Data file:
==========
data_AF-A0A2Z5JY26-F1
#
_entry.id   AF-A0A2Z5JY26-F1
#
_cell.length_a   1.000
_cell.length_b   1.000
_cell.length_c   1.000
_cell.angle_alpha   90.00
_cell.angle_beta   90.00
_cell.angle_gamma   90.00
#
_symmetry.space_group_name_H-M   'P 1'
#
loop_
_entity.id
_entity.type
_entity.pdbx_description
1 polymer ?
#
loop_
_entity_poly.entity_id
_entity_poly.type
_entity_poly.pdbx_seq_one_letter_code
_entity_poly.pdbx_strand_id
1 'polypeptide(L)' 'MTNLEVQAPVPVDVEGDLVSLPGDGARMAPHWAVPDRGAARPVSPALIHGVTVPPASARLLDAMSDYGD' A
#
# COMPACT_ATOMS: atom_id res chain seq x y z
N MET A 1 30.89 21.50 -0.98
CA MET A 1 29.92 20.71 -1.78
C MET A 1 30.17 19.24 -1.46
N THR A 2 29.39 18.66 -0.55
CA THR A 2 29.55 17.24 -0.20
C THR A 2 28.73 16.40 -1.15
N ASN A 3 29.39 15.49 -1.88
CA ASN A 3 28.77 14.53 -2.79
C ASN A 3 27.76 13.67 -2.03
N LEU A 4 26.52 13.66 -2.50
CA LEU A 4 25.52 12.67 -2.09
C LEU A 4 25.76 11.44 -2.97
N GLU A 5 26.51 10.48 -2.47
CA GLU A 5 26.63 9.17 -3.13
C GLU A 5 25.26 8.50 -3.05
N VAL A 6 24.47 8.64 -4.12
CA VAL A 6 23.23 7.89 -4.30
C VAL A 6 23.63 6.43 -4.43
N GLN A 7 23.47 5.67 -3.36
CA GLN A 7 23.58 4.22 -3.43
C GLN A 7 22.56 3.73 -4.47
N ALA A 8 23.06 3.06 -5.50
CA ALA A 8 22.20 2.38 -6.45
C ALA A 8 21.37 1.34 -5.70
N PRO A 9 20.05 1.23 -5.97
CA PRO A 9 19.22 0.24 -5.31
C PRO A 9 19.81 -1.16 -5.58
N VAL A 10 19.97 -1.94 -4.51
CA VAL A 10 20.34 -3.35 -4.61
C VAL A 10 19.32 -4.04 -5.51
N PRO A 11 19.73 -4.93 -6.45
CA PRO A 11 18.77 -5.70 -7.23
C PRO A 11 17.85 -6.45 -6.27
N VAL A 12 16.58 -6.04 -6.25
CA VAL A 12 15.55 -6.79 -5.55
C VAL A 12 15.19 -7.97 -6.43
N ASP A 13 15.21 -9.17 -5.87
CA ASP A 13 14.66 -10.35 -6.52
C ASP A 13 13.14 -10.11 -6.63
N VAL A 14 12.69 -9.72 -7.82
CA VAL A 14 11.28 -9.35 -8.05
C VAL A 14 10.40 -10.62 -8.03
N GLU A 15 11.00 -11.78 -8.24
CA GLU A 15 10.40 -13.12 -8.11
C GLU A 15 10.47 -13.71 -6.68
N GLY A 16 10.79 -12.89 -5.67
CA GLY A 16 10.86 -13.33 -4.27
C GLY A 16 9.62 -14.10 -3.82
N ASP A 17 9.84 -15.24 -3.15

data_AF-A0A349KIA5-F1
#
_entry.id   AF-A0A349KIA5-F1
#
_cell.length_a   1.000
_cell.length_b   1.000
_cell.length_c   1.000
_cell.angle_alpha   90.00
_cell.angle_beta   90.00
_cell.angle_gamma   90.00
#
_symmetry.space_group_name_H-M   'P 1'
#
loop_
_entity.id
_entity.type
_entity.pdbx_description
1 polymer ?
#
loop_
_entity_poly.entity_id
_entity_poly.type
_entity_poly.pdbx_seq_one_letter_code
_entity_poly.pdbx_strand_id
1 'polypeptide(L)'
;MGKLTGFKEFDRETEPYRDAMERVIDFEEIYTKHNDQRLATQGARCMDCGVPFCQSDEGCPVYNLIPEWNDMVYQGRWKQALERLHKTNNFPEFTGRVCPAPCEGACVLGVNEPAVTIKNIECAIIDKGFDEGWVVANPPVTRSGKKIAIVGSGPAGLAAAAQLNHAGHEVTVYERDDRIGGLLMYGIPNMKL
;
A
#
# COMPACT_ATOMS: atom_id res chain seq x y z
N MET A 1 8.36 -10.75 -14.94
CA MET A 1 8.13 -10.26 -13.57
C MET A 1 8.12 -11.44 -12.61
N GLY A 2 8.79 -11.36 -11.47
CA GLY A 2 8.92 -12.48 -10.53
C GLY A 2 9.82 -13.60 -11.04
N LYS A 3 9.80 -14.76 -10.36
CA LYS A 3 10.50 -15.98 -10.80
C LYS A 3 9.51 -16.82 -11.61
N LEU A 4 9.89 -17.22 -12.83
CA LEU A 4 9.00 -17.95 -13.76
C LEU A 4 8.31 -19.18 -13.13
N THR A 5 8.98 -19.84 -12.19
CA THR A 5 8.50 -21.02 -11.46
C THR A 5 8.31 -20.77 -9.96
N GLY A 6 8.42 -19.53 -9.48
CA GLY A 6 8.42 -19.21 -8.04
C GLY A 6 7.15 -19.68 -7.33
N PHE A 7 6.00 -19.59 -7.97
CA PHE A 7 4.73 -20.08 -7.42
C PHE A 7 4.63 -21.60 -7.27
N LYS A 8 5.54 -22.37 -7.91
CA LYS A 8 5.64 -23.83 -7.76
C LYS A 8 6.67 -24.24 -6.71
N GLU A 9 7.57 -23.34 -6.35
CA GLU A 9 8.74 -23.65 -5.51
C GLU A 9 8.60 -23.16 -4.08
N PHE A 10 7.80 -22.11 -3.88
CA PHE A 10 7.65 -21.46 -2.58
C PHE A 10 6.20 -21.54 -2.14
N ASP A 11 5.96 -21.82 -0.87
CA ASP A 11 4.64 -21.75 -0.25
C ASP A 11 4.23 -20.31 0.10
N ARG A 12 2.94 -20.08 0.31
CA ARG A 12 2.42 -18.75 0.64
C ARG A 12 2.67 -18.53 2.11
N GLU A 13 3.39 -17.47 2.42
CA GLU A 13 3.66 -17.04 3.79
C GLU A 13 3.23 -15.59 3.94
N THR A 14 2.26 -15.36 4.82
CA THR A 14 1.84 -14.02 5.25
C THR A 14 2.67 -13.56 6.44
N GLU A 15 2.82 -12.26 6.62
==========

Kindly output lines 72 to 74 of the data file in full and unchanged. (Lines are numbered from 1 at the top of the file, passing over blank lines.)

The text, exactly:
C GLU A 15 10.47 -13.71 -6.68
N GLY A 16 10.79 -12.89 -5.67
CA GLY A 16 10.86 -13.33 -4.27